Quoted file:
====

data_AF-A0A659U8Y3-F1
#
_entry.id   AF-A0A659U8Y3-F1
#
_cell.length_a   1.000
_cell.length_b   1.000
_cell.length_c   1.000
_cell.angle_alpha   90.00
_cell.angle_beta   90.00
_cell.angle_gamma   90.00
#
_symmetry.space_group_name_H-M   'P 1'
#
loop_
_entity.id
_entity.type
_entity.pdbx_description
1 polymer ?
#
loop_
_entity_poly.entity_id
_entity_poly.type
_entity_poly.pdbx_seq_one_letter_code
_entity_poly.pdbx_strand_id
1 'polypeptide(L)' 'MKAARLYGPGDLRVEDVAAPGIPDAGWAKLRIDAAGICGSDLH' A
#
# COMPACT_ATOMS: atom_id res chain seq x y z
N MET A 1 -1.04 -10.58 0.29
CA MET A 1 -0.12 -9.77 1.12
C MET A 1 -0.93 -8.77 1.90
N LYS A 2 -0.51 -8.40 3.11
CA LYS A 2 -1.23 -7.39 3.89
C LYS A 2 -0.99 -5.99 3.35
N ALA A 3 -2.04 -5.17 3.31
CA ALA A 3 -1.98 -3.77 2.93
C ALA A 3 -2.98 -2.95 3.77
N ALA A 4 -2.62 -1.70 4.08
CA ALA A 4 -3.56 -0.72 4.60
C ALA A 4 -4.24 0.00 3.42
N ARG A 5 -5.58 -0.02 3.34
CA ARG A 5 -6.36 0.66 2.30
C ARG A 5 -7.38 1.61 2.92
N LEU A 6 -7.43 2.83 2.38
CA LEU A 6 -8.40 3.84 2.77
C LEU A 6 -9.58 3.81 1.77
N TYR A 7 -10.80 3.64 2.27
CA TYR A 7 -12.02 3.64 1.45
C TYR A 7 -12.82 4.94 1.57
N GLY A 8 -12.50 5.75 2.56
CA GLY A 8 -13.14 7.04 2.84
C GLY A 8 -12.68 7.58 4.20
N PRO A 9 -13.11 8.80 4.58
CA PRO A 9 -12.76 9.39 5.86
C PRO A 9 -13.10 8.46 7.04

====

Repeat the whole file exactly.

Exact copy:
data_AF-A0A659U8Y3-F1
#
_entry.id   AF-A0A659U8Y3-F1
#
_cell.length_a   1.000
_cell.length_b   1.000
_cell.length_c   1.000
_cell.angle_alpha   90.00
_cell.angle_beta   90.00
_cell.angle_gamma   90.00
#
_symmetry.space_group_name_H-M   'P 1'
#
loop_
_entity.id
_entity.type
_entity.pdbx_description
1 polymer ?
#
loop_
_entity_poly.entity_id
_entity_poly.type
_entity_poly.pdbx_seq_one_letter_code
_entity_poly.pdbx_strand_id
1 'polypeptide(L)' 'MKAARLYGPGDLRVEDVAAPGIPDAGWAKLRIDAAGICGSDLH' A
#
# COMPACT_ATOMS: atom_id res chain seq x y z
N MET A 1 -1.04 -10.58 0.29
CA MET A 1 -0.12 -9.77 1.12
C MET A 1 -0.93 -8.77 1.90
N LYS A 2 -0.51 -8.40 3.11
CA LYS A 2 -1.23 -7.39 3.89
C LYS A 2 -0.99 -5.99 3.35
N ALA A 3 -2.04 -5.17 3.31
CA ALA A 3 -1.98 -3.77 2.93
C ALA A 3 -2.98 -2.95 3.77
N ALA A 4 -2.62 -1.70 4.08
CA ALA A 4 -3.56 -0.72 4.60
C ALA A 4 -4.24 0.00 3.42
N ARG A 5 -5.58 -0.02 3.34
CA ARG A 5 -6.36 0.66 2.30
C ARG A 5 -7.38 1.61 2.92
N LEU A 6 -7.43 2.83 2.38
CA LEU A 6 -8.40 3.84 2.77
C LEU A 6 -9.58 3.81 1.77
N TYR A 7 -10.80 3.64 2.27
CA TYR A 7 -12.02 3.64 1.45
C TYR A 7 -12.82 4.94 1.57
N GLY A 8 -12.50 5.75 2.56
CA GLY A 8 -13.14 7.04 2.84
C GLY A 8 -12.68 7.58 4.20
N PRO A 9 -13.11 8.80 4.58
CA PRO A 9 -12.76 9.39 5.86
C PRO A 9 -13.10 8.46 7.04